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Progressivity of Taxes and Transfers: the Mexican Case 2012

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  • Luis Huesca
  • Abdelkrim Araar

Abstract

The paper examines the redistributive effect achieved by the tax-benefit system in Mexico in 2012 using personal income tax, indirect taxes, social security contributions and social benefits. Our goal is to analyze progressivity of the fiscal system and go further to demonstrate how the different taxes and benefits contribute to the total redistribution effect. A set of popular tools of studying progressivity, such as the concentration curves and Kakwani progressivity index, are used. In addition, we propose an analytical method to decompose the total progressivity measured by the contributions of different taxes or benefits. We conclude that Mexican tax-benefit system is progressive, with greater pre-fiscal income inequality and high redistributive effect for some specific figures of transfers. The contribution from Vertical Equity (VE) is relatively important, but Horizontal Inequity (HI) lightens its impact. Income taxation does not contribute largely to VE. Further, some program benefits target unequally the deprived population, and then decreases the positive effect induced by VE.

Suggested Citation

  • Luis Huesca & Abdelkrim Araar, 2014. "Progressivity of Taxes and Transfers: the Mexican Case 2012," Cahiers de recherche 1407, CIRPEE.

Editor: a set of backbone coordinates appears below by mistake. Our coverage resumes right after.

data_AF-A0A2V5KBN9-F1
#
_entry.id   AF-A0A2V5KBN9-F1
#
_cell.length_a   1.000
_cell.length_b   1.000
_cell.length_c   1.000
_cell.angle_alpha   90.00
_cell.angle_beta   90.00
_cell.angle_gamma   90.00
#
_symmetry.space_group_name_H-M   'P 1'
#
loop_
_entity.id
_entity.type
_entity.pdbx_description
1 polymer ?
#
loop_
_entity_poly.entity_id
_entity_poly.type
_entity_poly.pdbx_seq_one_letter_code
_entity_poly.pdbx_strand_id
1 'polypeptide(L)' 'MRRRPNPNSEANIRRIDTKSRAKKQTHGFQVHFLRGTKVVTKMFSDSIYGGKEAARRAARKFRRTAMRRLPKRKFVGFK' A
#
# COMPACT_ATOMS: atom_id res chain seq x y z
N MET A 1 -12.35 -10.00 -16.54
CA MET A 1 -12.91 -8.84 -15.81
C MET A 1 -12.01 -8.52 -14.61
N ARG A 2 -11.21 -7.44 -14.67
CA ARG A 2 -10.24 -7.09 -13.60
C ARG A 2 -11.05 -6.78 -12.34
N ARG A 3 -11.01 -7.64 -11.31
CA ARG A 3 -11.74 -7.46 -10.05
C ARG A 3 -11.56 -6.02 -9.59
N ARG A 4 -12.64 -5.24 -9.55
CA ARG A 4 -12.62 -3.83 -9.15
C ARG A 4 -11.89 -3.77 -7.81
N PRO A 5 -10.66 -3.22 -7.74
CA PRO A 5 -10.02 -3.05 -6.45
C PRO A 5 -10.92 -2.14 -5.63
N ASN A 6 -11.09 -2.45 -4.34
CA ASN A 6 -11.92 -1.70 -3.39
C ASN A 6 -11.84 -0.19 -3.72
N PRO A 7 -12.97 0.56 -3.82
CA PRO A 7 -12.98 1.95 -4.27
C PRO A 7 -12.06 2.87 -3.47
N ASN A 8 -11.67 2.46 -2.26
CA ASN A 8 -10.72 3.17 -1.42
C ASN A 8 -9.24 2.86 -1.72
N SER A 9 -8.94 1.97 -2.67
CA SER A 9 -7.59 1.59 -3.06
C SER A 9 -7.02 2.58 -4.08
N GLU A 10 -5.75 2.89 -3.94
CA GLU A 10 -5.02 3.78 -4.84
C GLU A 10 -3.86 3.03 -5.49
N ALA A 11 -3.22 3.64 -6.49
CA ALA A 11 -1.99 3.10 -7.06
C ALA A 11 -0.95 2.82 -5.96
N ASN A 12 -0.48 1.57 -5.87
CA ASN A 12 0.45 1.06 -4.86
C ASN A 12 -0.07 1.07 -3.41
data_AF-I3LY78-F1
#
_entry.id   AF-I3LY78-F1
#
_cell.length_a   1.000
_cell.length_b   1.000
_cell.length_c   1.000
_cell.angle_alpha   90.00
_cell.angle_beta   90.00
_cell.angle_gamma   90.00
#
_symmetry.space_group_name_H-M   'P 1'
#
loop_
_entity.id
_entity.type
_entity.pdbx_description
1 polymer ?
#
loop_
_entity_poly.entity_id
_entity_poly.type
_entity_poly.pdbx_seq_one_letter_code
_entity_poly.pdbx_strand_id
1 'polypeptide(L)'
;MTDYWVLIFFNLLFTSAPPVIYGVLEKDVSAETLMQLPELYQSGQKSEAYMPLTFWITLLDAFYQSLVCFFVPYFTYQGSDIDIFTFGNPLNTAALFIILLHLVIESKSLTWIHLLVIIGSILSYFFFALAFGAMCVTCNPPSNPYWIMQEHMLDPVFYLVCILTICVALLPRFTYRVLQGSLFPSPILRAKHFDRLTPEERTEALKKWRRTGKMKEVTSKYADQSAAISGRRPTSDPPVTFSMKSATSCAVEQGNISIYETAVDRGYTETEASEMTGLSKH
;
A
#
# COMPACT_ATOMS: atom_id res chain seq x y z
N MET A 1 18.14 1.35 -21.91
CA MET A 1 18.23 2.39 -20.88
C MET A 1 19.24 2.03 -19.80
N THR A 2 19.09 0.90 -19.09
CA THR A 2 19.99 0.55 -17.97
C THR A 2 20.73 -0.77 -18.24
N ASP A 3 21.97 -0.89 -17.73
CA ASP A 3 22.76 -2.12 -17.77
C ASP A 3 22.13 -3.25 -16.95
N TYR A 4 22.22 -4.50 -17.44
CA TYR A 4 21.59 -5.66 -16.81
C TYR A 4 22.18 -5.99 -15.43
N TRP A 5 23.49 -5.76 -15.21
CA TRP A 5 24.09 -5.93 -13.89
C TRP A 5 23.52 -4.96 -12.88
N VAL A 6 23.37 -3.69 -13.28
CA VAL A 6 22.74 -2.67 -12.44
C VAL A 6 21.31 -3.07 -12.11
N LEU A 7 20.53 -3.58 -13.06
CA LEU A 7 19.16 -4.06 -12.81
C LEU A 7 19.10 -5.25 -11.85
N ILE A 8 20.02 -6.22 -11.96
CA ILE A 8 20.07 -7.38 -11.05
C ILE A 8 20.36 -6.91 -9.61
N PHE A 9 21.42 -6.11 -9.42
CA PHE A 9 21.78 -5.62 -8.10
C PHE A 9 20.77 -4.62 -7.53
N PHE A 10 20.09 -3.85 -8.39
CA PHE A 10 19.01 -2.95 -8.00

• Handle: RePEc:lvl:lacicr:1407
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    File URL: http://www.cirpee.org/fileadmin/documents/Cahiers_2014/CIRPEE14-07.pdf
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    References listed on IDEAS

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    1. Lustig, Nora & Gray Molina, George & Higgins, Sean & Jaramillo, Miguel & Jiménez, Wilson & Paz, Verónica & Pereira, Claudiney & Pessino, Carola & Scott, John & Yáñez, Ernesto, 2012. "The impact of taxes and social spending on inequality and poverty in Argentina, Bolivia, Brazil, Mexico and Peru: a synthesis of results," Research Department working papers 234, CAF Development Bank Of Latinamerica.
    2. Makdissi, Paul & Wodon, Quentin, 2002. "Consumption dominance curves: testing for the impact of indirect tax reforms on poverty," Economics Letters, Elsevier, vol. 75(2), pages 227-235, April.
    3. Duclos, Jean-Yves & Makdissi, Paul & Wodon, Quentin, 2005. "Poverty-dominant program reforms: the role of targeting and allocation rules," Journal of Development Economics, Elsevier, vol. 77(1), pages 53-73, June.
    4. Daniel Flores Curiel, 2003. "Un incremento en la tasa del IVA sobre los alimentos: ¿eficiencia, equidad o recaudación?," Ensayos Revista de Economia, Universidad Autonoma de Nuevo Leon, Facultad de Economia, vol. 0(2), pages 1-14, November.
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    More about this item

    Keywords

    Progressivity; Redistribution; Taxes; Benefits; Targeting;

    JEL classification:

    • C14 - Mathematical and Quantitative Methods - - Econometric and Statistical Methods and Methodology: General - - - Semiparametric and Nonparametric Methods: General
    • D31 - Microeconomics - - Distribution - - - Personal Income and Wealth Distribution
    • D33 - Microeconomics - - Distribution - - - Factor Income Distribution
    • H23 - Public Economics - - Taxation, Subsidies, and Revenue - - - Externalities; Redistributive Effects; Environmental Taxes and Subsidies
    • H24 - Public Economics - - Taxation, Subsidies, and Revenue - - - Personal Income and Other Nonbusiness Taxes and Subsidies

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